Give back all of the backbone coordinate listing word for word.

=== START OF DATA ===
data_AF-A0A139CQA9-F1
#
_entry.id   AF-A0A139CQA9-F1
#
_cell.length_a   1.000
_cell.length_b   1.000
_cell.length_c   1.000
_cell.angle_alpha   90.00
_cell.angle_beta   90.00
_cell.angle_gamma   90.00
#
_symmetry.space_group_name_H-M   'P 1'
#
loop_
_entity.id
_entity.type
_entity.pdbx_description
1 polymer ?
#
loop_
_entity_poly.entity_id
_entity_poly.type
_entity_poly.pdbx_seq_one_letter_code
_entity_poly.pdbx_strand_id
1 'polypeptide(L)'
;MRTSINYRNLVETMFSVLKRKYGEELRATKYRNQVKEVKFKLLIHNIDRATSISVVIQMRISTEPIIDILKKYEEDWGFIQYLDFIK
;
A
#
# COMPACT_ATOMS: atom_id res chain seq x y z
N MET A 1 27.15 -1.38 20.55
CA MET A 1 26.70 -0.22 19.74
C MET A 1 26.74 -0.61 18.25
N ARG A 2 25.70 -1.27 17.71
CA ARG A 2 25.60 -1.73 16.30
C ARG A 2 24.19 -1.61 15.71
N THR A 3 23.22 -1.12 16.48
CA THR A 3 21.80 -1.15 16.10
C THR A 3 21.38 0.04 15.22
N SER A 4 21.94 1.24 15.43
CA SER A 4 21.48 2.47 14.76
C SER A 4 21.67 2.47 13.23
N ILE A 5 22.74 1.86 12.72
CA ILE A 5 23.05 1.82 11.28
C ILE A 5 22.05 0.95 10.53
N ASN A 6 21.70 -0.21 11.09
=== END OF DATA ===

data_AF-A0A139CQA9-F1
#
_entry.id   AF-A0A139CQA9-F1
#
_cell.length_a   1.000
_cell.length_b   1.000
_cell.length_c   1.000
_cell.angle_alpha   90.00
_cell.angle_beta   90.00
_cell.angle_gamma   90.00
#
_symmetry.space_group_name_H-M   'P 1'
#
loop_
_entity.id
_entity.type
_entity.pdbx_description
1 polymer ?
#
loop_
_entity_poly.entity_id
_entity_poly.type
_entity_poly.pdbx_seq_one_letter_code
_entity_poly.pdbx_strand_id
1 'polypeptide(L)'
;MRTSINYRNLVETMFSVLKRKYGEELRATKYRNQVKEVKFKLLIHNIDRATSISVVIQMRISTEPIIDILKKYEEDWGFIQYLDFIK
;
A
#
# COMPACT_ATOMS: atom_id res chain seq x y z
N MET A 1 27.15 -1.38 20.55
CA MET A 1 26.70 -0.22 19.74
C MET A 1 26.74 -0.61 18.25
N ARG A 2 25.70 -1.27 17.71
CA ARG A 2 25.60 -1.73 16.30
C ARG A 2 24.19 -1.61 15.71
N THR A 3 23.22 -1.12 16.48
CA THR A 3 21.80 -1.15 16.10
C THR A 3 21.38 0.04 15.22
N SER A 4 21.94 1.24 15.43
CA SER A 4 21.48 2.47 14.76
C SER A 4 21.67 2.47 13.23
N ILE A 5 22.74 1.86 12.72
CA ILE A 5 23.05 1.82 11.28
C ILE A 5 22.05 0.95 10.53
N ASN A 6 21.70 -0.21 11.09